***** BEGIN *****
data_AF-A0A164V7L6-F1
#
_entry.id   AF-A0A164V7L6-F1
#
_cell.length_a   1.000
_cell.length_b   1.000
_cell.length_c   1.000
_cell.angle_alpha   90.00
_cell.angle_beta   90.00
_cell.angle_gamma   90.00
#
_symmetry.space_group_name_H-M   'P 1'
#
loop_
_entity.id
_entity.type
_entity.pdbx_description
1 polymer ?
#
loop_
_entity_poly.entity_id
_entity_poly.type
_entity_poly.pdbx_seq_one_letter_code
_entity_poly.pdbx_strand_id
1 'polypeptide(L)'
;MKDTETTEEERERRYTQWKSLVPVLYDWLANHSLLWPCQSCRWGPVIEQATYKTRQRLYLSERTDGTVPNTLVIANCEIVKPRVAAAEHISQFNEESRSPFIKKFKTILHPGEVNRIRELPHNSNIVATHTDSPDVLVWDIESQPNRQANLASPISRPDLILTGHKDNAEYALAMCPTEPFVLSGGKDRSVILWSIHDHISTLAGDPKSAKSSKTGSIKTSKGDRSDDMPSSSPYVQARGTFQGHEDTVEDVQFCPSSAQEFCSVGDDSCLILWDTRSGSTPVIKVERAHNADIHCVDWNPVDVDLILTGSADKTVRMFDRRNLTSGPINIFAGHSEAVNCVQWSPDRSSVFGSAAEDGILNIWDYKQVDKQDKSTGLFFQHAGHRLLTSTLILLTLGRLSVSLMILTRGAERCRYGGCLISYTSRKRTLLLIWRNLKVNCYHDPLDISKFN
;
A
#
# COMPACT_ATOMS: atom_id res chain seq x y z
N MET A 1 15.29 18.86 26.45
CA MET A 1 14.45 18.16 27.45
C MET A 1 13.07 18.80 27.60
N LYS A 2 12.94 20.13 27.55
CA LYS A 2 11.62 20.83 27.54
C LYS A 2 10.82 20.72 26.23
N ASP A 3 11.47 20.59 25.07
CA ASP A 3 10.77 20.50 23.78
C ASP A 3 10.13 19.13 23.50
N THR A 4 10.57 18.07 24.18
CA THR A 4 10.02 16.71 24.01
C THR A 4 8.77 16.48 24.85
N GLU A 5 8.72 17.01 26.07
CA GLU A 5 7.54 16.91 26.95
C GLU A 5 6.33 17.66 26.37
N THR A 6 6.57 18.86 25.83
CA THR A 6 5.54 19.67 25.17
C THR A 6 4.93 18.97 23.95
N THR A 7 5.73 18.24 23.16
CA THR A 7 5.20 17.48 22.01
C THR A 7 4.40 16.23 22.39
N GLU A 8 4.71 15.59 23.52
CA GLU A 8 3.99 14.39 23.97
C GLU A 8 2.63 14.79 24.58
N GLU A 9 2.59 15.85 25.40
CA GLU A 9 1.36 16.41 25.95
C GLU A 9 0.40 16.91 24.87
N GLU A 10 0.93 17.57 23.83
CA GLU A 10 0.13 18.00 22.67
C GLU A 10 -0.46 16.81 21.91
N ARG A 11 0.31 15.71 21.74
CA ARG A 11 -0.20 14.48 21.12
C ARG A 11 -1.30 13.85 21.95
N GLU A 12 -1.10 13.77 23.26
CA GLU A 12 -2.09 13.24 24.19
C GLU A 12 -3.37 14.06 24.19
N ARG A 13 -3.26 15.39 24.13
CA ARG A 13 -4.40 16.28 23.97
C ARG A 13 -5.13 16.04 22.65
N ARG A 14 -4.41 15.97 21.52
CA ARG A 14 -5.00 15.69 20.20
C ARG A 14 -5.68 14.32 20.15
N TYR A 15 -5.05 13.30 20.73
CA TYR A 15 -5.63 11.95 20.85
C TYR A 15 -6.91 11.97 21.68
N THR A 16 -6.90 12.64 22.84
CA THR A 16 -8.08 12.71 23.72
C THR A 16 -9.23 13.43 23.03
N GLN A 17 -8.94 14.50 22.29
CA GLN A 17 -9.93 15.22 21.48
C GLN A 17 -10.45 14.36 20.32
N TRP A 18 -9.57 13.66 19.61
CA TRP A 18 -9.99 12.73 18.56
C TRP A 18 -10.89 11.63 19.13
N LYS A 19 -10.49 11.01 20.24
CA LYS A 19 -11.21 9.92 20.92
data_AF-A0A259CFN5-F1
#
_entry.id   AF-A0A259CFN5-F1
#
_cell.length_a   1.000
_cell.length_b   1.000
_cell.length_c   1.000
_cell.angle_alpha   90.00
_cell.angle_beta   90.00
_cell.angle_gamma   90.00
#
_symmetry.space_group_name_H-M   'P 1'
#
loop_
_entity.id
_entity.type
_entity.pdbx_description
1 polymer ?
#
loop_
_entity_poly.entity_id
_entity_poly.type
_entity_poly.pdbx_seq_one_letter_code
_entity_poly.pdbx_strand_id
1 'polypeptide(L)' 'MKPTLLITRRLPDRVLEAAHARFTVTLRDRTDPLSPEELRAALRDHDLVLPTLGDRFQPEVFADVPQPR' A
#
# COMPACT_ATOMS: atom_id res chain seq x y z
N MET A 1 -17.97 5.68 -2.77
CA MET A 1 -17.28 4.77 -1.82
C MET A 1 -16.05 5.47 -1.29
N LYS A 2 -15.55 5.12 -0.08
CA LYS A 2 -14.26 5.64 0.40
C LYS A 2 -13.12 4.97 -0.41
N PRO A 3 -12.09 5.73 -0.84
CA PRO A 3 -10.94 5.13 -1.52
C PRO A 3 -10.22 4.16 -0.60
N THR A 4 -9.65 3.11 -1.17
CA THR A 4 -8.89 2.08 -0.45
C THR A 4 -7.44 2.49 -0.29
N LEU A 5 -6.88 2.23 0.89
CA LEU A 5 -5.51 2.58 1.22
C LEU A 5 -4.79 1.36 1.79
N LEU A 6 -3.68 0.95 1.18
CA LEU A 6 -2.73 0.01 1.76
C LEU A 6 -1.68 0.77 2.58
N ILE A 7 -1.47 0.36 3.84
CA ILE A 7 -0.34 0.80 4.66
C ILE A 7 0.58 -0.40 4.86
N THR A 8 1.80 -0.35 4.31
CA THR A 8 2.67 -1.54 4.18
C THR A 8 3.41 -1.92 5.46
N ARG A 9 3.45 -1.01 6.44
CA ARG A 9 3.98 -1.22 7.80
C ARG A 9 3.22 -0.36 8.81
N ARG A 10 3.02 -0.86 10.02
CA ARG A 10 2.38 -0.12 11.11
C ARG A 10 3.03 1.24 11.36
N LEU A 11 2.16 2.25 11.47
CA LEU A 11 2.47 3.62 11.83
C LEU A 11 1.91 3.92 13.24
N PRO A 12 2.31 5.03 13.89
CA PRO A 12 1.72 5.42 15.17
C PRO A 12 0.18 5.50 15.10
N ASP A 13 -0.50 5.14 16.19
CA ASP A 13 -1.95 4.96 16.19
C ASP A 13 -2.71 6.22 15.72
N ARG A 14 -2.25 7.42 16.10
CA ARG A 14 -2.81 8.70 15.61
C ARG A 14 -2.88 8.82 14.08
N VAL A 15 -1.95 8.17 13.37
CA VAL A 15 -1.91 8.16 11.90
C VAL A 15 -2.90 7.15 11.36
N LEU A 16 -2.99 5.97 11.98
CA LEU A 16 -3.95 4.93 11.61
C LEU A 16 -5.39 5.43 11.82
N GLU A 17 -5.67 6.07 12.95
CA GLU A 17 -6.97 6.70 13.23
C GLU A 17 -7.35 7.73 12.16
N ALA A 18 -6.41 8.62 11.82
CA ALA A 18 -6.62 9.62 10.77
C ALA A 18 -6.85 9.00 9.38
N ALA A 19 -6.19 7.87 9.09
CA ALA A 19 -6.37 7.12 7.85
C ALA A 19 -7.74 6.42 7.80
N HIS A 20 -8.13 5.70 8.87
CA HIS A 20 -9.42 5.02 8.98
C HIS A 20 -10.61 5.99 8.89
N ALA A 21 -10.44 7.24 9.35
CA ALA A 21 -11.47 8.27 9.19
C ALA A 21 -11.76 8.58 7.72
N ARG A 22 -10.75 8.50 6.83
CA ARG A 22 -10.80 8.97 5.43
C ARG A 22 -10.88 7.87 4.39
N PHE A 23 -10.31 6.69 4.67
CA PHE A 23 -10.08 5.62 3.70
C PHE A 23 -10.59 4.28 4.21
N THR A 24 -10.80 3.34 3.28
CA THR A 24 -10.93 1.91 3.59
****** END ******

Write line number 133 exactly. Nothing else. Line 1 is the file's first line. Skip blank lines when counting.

CA ILE A 7 -0.34 0.80 4.66